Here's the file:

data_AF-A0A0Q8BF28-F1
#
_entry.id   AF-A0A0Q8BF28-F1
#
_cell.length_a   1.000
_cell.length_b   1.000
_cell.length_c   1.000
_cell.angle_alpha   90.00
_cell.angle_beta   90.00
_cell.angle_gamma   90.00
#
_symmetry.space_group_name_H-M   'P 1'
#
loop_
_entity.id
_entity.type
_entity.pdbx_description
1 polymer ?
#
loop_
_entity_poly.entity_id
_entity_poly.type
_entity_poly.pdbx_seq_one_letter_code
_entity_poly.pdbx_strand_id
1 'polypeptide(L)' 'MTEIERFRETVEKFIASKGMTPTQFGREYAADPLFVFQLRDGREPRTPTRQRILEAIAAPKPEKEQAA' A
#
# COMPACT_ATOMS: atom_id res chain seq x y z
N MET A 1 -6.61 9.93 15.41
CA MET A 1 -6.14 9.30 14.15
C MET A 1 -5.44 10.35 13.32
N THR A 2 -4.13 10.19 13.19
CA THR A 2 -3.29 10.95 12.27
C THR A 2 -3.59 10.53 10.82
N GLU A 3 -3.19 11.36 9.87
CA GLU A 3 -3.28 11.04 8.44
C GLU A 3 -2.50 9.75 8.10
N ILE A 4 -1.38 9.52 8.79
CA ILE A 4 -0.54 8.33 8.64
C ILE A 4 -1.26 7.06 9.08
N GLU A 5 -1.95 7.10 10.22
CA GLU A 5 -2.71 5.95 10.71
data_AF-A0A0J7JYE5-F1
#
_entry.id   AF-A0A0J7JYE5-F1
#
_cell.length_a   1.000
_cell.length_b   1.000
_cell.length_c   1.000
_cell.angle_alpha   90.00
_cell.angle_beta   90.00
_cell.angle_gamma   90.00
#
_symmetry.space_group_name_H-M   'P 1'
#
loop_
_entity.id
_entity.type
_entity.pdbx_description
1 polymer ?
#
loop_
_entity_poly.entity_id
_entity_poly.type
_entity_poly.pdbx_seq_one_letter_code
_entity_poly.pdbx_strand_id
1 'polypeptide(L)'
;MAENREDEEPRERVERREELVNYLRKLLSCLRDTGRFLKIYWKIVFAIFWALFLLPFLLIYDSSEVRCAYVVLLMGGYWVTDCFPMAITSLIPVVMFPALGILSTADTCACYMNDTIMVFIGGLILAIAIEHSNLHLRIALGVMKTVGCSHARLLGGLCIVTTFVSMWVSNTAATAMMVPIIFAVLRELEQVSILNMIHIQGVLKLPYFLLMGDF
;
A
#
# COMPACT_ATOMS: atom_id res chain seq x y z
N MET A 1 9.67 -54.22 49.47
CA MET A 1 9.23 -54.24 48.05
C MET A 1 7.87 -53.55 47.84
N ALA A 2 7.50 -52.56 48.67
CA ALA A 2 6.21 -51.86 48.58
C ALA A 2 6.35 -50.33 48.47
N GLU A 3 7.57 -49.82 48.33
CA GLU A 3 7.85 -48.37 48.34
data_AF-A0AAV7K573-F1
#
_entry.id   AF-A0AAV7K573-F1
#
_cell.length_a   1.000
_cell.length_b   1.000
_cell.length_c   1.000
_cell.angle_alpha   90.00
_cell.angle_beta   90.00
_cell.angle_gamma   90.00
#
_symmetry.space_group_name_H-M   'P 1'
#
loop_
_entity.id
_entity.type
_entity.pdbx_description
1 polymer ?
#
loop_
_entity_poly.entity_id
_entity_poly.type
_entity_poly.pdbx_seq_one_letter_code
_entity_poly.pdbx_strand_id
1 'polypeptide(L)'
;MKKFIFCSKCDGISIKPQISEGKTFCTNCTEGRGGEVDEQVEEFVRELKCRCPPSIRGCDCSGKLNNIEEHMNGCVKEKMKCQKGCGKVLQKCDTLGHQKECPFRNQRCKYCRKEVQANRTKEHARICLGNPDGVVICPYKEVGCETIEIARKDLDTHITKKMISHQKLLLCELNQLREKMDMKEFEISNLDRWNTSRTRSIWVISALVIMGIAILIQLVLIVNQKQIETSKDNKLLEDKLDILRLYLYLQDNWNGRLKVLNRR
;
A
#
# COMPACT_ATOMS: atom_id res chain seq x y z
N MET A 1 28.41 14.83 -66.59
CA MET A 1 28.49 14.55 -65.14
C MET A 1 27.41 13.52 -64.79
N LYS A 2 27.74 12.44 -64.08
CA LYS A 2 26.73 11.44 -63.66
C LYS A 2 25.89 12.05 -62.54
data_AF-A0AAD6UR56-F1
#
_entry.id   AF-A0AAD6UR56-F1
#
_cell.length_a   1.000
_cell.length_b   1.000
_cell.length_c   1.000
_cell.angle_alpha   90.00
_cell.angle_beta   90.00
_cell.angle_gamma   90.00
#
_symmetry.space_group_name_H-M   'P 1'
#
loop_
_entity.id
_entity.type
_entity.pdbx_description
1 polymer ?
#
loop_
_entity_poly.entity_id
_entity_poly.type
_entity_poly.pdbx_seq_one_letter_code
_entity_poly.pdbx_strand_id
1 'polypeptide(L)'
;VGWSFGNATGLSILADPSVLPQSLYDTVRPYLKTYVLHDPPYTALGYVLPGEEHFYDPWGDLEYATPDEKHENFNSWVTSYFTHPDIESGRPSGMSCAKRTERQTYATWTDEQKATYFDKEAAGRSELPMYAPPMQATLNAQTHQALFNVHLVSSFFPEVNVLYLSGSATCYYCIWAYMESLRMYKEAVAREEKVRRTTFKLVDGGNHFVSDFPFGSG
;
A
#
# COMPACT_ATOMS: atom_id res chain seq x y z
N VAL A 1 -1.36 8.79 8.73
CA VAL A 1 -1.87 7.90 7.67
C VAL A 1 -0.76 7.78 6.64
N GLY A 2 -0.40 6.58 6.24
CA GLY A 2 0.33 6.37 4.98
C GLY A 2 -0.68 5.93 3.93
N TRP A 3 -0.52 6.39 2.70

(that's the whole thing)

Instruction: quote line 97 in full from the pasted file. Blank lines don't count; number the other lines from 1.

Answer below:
1 polymer ?